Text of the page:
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Customs & Border Patrol Commissioner Chris Magnus testified before Congress Wednesday on the agency’s budget amid debate over Title 42.
Watch the event in the player above.
Title 42 authority is named for a public health law and used to expel migrants on the grounds of preventing the spread of COVID-19. Title 42 is due to expire May 23.
WATCH: Biden administration defends border policies as the battle over Title 42 heats up
When asked about what agents on the ground were saying about the expiration of Title 42, the commissioner deflected, saying “our concern is that we have the best tools available to address the challenges at the border.”
Magnus said that the usefulness of Title 42 was limited, because repatriating people back to their original countries does not stop them from returning to the border and trying to enter the U.S. again.
“What I’m hearing is that the more useful resource is Title 8, because what it provides for are multiple, basically, consequence pathways, including enforcement and there are multiple avenues even for enforcement to deal with people who have committed more serious criminal offenses, who are repeat border crossers,” Magnus said.
He added that “a wide range of agents” have told him they want “a wide range of tools that provide for consequences.”
Lifting Title 42 has proven controversial as midterm elections near, even for President Joe Biden’s Democratic Party, amid concerns that the U.S. is unprepared for an anticipated increase in migrants seeking asylum. Authorities stopped migrants more than 221,000 times in March, the highest mark in 22 years.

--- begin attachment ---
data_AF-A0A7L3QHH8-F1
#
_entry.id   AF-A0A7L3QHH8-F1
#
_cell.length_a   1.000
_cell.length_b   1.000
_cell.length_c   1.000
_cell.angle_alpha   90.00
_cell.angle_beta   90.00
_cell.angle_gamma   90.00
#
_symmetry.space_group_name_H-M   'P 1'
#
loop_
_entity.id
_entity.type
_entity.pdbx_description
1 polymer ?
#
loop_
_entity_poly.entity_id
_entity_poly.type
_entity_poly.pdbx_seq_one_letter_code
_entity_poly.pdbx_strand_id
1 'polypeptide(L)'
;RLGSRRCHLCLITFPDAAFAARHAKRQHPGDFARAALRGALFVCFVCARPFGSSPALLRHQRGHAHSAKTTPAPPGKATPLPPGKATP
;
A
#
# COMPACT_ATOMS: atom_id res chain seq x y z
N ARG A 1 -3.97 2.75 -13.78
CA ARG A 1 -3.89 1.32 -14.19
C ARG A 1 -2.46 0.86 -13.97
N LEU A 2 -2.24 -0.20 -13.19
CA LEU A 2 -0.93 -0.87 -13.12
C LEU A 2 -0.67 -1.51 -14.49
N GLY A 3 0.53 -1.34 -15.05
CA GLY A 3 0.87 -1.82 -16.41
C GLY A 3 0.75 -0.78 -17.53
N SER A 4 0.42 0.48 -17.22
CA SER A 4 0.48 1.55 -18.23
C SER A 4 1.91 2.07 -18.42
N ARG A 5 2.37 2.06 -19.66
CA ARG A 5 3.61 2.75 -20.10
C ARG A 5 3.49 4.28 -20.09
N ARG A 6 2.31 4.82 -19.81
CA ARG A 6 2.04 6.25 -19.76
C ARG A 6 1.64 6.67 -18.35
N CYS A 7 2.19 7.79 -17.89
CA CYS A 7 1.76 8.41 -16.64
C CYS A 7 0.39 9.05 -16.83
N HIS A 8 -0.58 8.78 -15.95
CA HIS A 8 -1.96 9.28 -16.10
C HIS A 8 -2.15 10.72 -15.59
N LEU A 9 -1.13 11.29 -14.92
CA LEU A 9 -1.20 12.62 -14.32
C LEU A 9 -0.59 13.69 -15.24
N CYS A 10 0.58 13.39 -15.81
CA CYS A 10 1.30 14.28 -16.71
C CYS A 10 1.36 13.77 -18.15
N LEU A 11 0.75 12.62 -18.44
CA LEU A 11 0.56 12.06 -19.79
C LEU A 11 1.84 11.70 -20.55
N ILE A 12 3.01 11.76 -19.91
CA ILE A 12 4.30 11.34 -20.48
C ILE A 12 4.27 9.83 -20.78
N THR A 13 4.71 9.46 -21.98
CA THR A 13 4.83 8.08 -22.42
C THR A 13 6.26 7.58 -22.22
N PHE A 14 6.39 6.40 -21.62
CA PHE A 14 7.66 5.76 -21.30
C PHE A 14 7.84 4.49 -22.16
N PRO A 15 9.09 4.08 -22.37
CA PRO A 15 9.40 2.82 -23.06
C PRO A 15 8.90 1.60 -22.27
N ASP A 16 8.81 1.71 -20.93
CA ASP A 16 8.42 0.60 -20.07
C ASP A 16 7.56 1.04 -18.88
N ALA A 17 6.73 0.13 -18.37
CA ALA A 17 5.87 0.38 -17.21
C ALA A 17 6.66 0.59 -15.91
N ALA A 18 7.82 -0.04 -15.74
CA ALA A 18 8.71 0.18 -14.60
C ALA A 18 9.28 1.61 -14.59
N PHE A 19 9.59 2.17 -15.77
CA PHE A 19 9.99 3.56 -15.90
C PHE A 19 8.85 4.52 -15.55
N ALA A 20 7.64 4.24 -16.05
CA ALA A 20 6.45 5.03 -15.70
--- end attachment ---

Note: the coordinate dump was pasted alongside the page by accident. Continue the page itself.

The White House and Homeland Security Department have publicly stood behind the Centers for Disease Control and Prevention’s decision to end the measure because it could no longer be justified on grounds of protecting public health.
The U.S. has expelled migrants more than 1.8 million times under Title 42 authority since March 2020, effectively overriding rights to seek asylum under U.S. law and international treaty. In doing so, migrants are not subject to immigration law, which include rights to seek protection from persecution at home.
U.S. District Judge Robert Summerhays strongly criticized the CDC’s decision, suggesting he would try to keep Title 42 in effect after May 23. A hearing is scheduled May 13 for oral arguments.
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